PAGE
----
Forward momentum is important. No matter the mode of transportation, getting from Point A to Point B requires motion. While trains and buses are popular modes of transportation, control is an afterthought for those waiting until they reach their destination. For most of us, a personal vehicle is our primary source of transportation, and steering these vehicles is paramount in controlling forward momentum. In today’s blog, we will take another look at how Elio drivers will be able to steer their vehicles in the right direction and save at the same time.
In a previous Momentum, we highlighted the Elio’s suspension. In case you missed it, the Elio is a front-wheel-drive vehicle with an independent suspension, ABS brakes, and Electronic Stability Control. When considering the Elio’s steering mechanisms, two options were presented: rack and pinion or steering-box system. With the Elio’s lightweight, the rack-and-pinion system was the clear choice.
The direct-drive rack-and-pinion system is simple. The base of a vehicle’s steering column has a small pinion that meshes with a long traverse bar. Movement of the pinion moves the traverse bar, steering the vehicle. Rack-and-pinion has become a popular system in the automotive industry due to its simplicity. The turning radius of the Elio is currently 28.9 feet. From a 12 o’clock position, it takes 2.8 turns to move the vehicle in a full right or left position.
In recent years, the rack-and-pinion system is widely used in conjunction with power steering. In larger, more expensive vehicles, power steering has become a necessary feature. There are three primary reasons our rack-and-pinion system is sufficient for easy turning without the addition of power steering.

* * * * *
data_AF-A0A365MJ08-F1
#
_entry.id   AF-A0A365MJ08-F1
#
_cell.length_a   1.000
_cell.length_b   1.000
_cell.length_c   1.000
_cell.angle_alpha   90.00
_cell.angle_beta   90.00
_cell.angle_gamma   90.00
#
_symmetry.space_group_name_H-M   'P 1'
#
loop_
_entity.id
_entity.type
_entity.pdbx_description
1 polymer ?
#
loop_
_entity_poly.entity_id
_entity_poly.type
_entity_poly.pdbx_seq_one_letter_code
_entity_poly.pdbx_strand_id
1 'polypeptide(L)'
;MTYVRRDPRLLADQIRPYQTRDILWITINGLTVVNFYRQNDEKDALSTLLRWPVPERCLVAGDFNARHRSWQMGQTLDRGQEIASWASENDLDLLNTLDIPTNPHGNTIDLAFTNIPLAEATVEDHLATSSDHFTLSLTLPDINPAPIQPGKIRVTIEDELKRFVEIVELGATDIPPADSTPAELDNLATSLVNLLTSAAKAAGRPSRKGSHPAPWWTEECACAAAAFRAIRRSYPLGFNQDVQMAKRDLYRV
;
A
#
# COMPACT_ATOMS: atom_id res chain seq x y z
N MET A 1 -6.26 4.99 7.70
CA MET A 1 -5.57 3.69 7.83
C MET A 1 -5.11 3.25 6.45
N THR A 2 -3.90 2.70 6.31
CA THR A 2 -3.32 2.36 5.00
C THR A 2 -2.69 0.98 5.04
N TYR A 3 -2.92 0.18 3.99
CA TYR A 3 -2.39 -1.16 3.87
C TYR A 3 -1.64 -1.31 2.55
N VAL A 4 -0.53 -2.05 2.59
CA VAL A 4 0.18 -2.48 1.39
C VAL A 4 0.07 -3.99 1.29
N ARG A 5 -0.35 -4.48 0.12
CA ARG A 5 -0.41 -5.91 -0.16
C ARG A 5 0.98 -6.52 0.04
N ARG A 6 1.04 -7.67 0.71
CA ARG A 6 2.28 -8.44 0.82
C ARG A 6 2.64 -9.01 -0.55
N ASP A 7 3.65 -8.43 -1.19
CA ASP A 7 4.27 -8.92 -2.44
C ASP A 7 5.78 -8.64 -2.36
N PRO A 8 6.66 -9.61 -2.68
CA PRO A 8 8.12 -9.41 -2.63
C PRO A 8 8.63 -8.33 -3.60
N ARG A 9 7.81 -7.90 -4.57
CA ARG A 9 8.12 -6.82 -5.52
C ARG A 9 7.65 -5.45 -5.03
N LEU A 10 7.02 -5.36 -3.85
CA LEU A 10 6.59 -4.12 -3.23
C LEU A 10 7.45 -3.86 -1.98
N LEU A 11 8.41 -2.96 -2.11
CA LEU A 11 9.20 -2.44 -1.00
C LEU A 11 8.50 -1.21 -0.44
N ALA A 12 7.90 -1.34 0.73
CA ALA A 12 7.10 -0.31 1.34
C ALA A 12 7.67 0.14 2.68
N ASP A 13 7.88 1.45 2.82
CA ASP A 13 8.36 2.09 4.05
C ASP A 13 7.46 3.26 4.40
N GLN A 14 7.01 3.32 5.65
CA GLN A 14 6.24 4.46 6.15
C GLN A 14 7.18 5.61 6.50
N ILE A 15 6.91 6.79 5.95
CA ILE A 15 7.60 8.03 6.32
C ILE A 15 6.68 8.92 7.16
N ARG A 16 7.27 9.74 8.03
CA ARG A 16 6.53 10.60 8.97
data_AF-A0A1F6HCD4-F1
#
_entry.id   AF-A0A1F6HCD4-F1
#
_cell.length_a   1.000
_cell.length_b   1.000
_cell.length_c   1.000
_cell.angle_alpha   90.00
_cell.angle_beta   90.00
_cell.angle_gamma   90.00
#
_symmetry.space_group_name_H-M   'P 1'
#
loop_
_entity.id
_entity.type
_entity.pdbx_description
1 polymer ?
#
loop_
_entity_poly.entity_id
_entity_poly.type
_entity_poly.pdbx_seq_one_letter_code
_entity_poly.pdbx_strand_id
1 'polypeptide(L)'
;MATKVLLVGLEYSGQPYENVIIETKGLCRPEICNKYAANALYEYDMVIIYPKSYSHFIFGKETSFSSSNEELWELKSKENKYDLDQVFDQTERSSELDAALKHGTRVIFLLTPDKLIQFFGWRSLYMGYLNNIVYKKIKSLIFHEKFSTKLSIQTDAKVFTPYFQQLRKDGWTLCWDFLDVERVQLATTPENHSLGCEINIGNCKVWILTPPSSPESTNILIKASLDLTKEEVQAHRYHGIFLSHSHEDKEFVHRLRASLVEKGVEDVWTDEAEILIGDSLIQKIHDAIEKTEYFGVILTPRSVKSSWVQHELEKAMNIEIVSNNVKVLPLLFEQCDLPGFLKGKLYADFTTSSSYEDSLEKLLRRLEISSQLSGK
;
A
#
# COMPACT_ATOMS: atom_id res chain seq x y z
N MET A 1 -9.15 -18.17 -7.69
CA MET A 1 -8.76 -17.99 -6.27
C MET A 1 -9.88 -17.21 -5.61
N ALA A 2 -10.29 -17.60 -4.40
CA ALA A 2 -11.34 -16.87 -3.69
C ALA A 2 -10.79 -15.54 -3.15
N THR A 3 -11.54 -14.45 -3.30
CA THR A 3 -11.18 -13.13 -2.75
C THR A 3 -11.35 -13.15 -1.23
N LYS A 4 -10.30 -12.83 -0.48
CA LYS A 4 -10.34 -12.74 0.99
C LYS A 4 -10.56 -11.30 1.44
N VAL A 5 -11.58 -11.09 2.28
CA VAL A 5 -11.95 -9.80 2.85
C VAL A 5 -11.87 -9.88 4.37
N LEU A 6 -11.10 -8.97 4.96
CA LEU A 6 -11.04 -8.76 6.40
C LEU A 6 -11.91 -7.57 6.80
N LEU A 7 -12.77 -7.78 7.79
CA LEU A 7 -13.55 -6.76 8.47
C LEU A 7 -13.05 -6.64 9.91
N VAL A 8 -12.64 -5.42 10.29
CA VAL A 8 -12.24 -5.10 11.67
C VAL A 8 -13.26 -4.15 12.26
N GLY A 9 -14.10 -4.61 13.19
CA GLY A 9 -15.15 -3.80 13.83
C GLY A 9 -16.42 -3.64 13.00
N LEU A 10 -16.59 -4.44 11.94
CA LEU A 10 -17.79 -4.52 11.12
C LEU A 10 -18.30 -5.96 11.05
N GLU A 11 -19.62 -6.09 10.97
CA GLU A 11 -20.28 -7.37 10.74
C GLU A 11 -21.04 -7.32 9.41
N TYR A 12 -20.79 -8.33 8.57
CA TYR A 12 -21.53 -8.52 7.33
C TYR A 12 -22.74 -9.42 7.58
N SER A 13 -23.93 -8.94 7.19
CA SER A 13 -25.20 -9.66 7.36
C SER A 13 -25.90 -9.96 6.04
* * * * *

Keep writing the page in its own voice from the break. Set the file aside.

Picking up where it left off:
Power steering requires power from the engine, which results in a less powerful vehicle. Using a standard rack-and-pinion system improves our 0-60 time and top speed.
Power steering involves several components that add weight to the vehicle. Additionally, the geometry and weight of the Elio makes power steering an unnecessary feature. By not using power steering, we are able to keep the Elio lightweight and easy to steer.
The components included in power steering add not only additional weight, but cost as well. Working with our suppliers of the rack-and-pinion system (MVO USA and Admiral Tool) we are able to keep costs low and pass these savings along to Elio owners.
As you may know, every decision we make regarding the vehicle must adhere to our four tenets: safety, made in the USA, fuel-efficiency, and affordability. Using a rack-and-pinion system without power steering allows us to improve our fuel economy while also cutting costs. The Elio will take drivers many different places, and they’ll be able to steer the vehicle to their destinations with ease.